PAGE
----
Olympics: Timeline of Russian doping scandal

 24 Jul 2016 - 18:16

Olympics: Timeline of Russian doping scandal
his file photo taken on July 06, 2016 shows Russia Yulia Stepanova walking on the track as she was injured during the 800 meter-race of the European Athletics Championships at the OlympicStadium in Amsterdam on July 6, 2016. Yuliya Stepanova, the Russian 800-metre runner who lifted the lid on systematic doping fraud and corruption in Russian athletics, will not compete in the RioOlympics next month, the IOC said on July 24, 2016. "However, the IOC EB would like to express its appreciation for Mrs Stepanova's contribution to the fight against doping and to the integrity of sport," the International Olympic Committee Executive Board said, after holding emergency talks over Russian participation in Rio. (AFP / JOHN THYS)


Moscow: Timeline of Russian doping and corruption scandals after the International Olympic Committee on Sunday ordered individual sports federations to decide whether Russian competitors should take part in the Rio Games, after failing to agree on a complete ban.

December 2014

German broadcaster ARD airs documentary alleging systematic doping in Russian athletics. A week later, Russian athletics chief and IAAF treasurer Valentin Balakhnichev, and IAAF marketing consultant Pape Massata Diack, son of then-IAAF president Lamine Diack, step down. World Anti-Doping Agency (WADA) sets up an independent commission headed by its former chief, Dick Pound, to investigate the claims.

August 2015

ARD airs second documentary with new accusations aimed at Russian and Kenyan athletes based on a leaked IAAF database with details of 12,000 blood tests from 5,000 competitors which revealed "extraordinary" levels of doping. Sebastian Coe is elected to succeed Diack as IAAF president.

November 2015

French police charge Lamine Diack with corruption on suspicion the 83-year-old Senegalese accepted bribes to cover up doping cases. Diack also charged with money laundering and conspiracy.

WADA's report calls on Russia's track and field team to be banned from international competition, including from the 2016 Rio Olympics, until "state-sponsored" doping is eradicated.

The IAAF's 26-strong council suspends the Russian athletics team. WADA also suspends Russia's national anti-doping body, RUSADA, over non-compliance.

January 2016

IAAF ethics commission bans for life Balakhnichev and Pape Massata Diack over bribes taken to cover up doping failures by Russian athletes.

WADA's second report into doping and corruption is published. It says IAAF leaders must have known about the wide scope of doping.

May 2016

Former head of Moscow's anti-doping laboratory, Grigory Rodchenkov, exiled in the United States, describes an organised doping campaign including at least 15 medallists from the 2014 Sochi Winter Olympics, with the close involvement of the sports ministry and the FSB security service.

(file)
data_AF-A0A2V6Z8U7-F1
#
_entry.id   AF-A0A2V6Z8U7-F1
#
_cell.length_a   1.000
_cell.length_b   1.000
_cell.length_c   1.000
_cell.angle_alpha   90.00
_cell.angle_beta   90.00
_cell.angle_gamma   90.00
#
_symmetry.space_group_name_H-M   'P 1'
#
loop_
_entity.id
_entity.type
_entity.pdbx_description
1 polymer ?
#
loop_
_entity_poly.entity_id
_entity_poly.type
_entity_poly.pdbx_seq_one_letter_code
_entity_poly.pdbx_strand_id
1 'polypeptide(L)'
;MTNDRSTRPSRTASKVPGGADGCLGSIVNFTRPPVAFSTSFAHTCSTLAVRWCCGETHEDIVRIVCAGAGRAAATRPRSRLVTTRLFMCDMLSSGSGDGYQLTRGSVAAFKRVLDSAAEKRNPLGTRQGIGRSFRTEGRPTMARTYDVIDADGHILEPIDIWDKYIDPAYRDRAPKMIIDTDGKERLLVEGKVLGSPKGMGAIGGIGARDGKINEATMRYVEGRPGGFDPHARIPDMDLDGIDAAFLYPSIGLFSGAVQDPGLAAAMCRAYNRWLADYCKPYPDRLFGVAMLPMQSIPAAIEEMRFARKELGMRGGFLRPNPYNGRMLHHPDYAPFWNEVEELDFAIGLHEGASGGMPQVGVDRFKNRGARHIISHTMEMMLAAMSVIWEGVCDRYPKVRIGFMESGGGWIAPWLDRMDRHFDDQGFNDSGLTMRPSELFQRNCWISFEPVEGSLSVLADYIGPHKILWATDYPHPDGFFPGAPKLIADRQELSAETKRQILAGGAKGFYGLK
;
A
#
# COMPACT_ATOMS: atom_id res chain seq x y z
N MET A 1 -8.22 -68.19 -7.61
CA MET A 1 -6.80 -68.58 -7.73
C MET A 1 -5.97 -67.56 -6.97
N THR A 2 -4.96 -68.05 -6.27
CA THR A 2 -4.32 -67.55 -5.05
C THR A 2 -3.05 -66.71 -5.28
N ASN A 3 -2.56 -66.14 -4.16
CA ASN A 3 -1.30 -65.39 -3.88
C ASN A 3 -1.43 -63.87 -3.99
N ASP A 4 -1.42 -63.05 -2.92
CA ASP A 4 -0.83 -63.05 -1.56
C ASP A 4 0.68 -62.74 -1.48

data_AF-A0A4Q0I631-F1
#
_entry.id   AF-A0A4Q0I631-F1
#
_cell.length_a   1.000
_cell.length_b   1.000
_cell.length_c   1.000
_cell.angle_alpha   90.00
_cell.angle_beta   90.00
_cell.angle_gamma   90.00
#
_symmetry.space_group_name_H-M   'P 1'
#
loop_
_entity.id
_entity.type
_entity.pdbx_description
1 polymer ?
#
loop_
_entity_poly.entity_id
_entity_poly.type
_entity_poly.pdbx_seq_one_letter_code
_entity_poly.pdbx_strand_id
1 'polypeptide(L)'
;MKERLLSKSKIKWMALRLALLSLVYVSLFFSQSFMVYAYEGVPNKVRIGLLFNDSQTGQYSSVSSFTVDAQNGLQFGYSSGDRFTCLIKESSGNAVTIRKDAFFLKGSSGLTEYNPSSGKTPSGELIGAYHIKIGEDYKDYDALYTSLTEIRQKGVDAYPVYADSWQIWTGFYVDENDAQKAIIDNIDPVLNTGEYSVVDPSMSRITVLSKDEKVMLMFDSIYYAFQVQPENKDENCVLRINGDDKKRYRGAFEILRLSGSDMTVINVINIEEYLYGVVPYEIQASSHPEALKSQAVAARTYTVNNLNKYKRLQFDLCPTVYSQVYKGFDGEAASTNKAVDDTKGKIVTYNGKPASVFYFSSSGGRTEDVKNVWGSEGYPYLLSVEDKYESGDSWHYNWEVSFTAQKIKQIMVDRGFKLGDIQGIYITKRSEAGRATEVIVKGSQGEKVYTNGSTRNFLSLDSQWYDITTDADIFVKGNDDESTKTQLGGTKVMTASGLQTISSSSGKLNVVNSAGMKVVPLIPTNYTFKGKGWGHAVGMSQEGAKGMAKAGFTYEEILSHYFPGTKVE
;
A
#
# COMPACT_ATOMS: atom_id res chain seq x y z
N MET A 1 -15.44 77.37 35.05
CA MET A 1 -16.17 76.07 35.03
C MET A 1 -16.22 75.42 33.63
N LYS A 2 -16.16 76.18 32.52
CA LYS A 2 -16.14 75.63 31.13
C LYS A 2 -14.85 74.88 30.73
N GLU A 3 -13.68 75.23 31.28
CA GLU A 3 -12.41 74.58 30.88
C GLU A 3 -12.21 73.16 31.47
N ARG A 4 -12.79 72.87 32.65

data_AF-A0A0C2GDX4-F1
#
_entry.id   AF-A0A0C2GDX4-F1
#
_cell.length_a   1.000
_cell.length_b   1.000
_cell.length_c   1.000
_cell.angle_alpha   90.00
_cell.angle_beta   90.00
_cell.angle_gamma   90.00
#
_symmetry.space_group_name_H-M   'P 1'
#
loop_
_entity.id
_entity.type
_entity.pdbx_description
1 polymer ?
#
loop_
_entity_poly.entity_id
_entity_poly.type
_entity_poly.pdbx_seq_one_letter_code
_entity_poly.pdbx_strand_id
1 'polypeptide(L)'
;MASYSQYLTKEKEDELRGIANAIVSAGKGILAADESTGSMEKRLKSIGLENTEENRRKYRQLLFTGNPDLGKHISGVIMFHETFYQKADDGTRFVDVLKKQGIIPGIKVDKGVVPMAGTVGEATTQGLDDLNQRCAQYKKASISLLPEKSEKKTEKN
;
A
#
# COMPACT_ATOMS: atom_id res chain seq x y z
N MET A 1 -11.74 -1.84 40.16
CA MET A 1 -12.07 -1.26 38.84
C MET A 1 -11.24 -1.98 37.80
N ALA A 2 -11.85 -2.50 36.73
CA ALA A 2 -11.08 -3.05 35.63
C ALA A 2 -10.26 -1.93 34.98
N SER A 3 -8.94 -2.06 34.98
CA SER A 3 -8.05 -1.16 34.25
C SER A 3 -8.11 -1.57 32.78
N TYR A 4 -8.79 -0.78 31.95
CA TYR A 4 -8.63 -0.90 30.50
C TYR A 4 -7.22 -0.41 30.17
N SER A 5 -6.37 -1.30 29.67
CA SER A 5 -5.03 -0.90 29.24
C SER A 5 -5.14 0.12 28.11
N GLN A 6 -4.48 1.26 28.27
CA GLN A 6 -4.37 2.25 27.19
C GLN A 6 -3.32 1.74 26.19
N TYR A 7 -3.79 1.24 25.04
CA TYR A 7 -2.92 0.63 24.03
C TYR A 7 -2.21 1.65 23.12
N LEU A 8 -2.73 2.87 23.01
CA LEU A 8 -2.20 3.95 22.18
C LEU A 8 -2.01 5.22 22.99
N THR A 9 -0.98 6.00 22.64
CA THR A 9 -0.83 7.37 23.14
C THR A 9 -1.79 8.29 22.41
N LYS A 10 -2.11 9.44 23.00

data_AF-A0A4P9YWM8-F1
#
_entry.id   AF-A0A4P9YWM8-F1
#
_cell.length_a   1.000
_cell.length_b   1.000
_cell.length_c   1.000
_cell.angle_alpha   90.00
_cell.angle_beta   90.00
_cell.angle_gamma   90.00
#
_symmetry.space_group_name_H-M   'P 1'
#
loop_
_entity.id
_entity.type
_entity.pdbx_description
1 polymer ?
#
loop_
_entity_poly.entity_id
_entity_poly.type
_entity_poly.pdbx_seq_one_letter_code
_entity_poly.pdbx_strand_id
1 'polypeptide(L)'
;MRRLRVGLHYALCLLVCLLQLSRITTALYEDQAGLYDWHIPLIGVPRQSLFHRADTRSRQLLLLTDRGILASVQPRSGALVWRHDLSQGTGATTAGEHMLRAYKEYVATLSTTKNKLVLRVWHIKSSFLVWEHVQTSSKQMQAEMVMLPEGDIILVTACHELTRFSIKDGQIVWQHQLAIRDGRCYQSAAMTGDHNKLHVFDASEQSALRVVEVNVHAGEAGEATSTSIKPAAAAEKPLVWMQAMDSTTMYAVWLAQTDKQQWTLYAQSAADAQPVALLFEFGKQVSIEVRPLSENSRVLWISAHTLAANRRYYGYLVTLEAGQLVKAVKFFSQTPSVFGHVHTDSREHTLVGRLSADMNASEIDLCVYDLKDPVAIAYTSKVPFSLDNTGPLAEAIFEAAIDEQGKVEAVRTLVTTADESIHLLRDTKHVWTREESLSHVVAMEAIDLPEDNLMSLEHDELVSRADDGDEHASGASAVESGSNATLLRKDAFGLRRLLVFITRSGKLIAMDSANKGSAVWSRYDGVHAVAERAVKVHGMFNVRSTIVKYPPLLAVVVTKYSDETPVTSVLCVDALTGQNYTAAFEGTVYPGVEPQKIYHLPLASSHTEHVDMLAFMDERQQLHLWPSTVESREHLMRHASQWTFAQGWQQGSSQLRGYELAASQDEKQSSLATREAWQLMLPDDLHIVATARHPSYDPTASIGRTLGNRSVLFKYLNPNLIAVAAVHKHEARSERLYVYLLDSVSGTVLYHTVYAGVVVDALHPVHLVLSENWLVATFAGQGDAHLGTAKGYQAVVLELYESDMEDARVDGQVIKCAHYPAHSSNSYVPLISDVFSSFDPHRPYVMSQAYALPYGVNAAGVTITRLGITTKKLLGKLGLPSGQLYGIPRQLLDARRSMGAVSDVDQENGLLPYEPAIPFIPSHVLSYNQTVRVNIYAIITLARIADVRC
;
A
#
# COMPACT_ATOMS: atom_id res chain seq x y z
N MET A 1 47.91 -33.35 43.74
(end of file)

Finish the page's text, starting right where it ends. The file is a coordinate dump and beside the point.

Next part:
Three days after calling the claims "absurd", Russian Sports Minister Vitaly Mutko says he is "ashamed and sorry".

June 2016

Another ARD programme claims that Russian authorities have been covering up for coaches disgraced by the doping programme, directly pinpointing Mutko for his alleged involvement in the cover-up.

The IAAF Council unanimously votes to extend the ban on the Russian athletics federation, but offers an Olympic lifeline to athletes training outside the Russian system to compete in Rio as neutrals.

July 2016

IAAF clears only US-based long jumper Darya Klishina to compete in Rio, after 136 Russian athletes applied for exemption from the blanket ban.

Later in the month -- and hardly two weeks before the Rio Games -- Canadian law professor Richard McLaren releases a report for WADA which outlines rampant Russian state-run doping at the Sochi Olympics and other major sports events.

The investigation finds the FSB secret service helped "the state-dictated failsafe system" carried out by the sports ministry and covering 30 sports.

WADA calls for Russia to be banned from the Rio Olympics.

In its first response, the IOC bans Mutko from Rio but defers a decision on a blanket ban for Russian competitors and says it wants to see what the Court of Arbitration for Sport (CAS) does with 67 Russian athletes appealing against the ban on the track and field team.

July 21, 2016

CAS dismisses the Russian appeal.

July 24, 2016

The IOC executive decides that any Russian wanting to go to Rio will have to prove that he or she was not involved in doping and ordered individual sports federations to decide whether Russian competitors should take part.